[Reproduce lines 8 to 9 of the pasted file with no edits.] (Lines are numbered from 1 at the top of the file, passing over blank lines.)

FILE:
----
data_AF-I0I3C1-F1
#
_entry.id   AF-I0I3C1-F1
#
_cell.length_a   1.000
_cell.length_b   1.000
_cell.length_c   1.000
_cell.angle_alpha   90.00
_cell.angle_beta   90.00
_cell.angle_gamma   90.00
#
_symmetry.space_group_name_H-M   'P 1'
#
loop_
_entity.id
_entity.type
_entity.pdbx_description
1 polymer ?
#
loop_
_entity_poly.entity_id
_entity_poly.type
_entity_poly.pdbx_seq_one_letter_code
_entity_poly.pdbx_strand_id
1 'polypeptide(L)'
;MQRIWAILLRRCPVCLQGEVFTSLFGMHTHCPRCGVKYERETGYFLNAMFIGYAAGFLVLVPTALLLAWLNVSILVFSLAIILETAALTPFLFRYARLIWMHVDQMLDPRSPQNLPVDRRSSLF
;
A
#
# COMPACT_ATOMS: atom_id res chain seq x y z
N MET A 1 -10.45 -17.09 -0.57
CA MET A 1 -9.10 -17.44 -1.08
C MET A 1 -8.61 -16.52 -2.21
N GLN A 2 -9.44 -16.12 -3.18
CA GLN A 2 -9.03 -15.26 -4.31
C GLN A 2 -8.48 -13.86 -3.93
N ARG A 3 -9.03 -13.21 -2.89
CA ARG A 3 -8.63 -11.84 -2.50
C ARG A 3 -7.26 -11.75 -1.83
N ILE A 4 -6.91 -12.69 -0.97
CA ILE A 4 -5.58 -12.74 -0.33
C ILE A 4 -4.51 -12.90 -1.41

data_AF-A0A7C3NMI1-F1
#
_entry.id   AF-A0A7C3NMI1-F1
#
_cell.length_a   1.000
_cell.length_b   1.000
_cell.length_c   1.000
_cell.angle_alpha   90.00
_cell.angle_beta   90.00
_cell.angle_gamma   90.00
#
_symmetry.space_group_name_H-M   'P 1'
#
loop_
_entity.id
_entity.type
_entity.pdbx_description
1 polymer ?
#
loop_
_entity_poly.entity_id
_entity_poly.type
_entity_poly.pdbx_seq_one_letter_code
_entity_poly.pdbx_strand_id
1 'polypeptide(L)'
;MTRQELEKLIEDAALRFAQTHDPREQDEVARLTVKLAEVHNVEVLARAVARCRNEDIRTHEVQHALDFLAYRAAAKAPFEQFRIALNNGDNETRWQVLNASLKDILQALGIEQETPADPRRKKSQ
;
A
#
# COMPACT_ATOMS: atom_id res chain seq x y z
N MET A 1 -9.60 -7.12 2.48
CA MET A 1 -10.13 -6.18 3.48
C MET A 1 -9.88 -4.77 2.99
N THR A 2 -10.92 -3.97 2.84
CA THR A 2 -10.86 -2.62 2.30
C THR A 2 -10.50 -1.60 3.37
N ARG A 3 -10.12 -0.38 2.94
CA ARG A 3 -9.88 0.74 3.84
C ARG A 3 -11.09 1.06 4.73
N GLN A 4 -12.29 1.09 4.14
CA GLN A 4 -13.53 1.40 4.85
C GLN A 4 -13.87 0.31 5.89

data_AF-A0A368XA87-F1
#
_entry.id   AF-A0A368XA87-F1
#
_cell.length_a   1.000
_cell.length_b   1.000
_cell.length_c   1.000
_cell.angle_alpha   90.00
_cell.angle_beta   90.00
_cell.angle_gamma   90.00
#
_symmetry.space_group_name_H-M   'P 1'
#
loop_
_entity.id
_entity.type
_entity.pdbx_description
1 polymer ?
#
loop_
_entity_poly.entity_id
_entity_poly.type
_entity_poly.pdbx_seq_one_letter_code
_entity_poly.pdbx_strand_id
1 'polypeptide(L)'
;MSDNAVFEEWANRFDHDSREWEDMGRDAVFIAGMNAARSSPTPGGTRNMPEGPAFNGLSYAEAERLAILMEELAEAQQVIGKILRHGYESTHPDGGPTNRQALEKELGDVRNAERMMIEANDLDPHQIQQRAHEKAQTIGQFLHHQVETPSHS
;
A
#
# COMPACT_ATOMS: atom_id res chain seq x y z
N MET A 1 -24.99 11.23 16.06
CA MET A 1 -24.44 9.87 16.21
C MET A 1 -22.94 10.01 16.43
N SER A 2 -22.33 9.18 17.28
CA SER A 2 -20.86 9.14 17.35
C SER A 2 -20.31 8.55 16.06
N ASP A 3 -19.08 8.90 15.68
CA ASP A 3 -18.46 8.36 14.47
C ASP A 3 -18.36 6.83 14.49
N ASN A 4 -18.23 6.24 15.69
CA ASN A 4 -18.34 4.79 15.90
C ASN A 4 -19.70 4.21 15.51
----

_cell.angle_alpha   90.00
_cell.angle_beta   90.00